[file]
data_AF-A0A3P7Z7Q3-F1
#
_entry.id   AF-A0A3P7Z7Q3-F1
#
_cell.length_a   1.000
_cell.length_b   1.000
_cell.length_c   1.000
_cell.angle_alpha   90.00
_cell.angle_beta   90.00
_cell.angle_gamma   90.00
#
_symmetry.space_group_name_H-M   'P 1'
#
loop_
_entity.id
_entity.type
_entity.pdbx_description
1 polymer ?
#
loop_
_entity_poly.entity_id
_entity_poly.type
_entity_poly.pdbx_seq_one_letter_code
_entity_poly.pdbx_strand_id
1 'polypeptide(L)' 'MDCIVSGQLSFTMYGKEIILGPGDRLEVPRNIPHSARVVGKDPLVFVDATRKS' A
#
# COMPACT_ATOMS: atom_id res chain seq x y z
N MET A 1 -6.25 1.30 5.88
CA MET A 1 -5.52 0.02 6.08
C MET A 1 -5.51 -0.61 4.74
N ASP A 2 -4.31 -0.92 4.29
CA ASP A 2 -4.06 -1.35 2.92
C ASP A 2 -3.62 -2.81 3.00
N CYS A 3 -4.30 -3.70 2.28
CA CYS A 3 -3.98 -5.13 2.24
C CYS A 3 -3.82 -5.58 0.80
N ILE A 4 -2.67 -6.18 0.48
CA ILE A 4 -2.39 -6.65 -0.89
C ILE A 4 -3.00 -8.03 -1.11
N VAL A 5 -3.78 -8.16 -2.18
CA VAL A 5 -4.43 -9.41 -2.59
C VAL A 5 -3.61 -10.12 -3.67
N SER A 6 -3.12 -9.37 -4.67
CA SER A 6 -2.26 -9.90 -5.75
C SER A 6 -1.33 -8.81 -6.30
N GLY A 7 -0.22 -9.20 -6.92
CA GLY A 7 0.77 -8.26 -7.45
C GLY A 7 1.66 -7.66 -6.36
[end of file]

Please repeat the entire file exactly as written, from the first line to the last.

data_AF-A0A3P7Z7Q3-F1
#
_entry.id   AF-A0A3P7Z7Q3-F1
#
_cell.length_a   1.000
_cell.length_b   1.000
_cell.length_c   1.000
_cell.angle_alpha   90.00
_cell.angle_beta   90.00
_cell.angle_gamma   90.00
#
_symmetry.space_group_name_H-M   'P 1'
#
loop_
_entity.id
_entity.type
_entity.pdbx_description
1 polymer ?
#
loop_
_entity_poly.entity_id
_entity_poly.type
_entity_poly.pdbx_seq_one_letter_code
_entity_poly.pdbx_strand_id
1 'polypeptide(L)' 'MDCIVSGQLSFTMYGKEIILGPGDRLEVPRNIPHSARVVGKDPLVFVDATRKS' A
#
# COMPACT_ATOMS: atom_id res chain seq x y z
N MET A 1 -6.25 1.30 5.88
CA MET A 1 -5.52 0.02 6.08
C MET A 1 -5.51 -0.61 4.74
N ASP A 2 -4.31 -0.92 4.29
CA ASP A 2 -4.06 -1.35 2.92
C ASP A 2 -3.62 -2.81 3.00
N CYS A 3 -4.30 -3.70 2.28
CA CYS A 3 -3.98 -5.13 2.24
C CYS A 3 -3.82 -5.58 0.80
N ILE A 4 -2.67 -6.18 0.48
CA ILE A 4 -2.39 -6.65 -0.89
C ILE A 4 -3.00 -8.03 -1.11
N VAL A 5 -3.78 -8.16 -2.18
CA VAL A 5 -4.43 -9.41 -2.59
C VAL A 5 -3.61 -10.12 -3.67
N SER A 6 -3.12 -9.37 -4.67
CA SER A 6 -2.26 -9.90 -5.75
C SER A 6 -1.33 -8.81 -6.30
N GLY A 7 -0.22 -9.20 -6.92
CA GLY A 7 0.77 -8.26 -7.45
C GLY A 7 1.66 -7.66 -6.36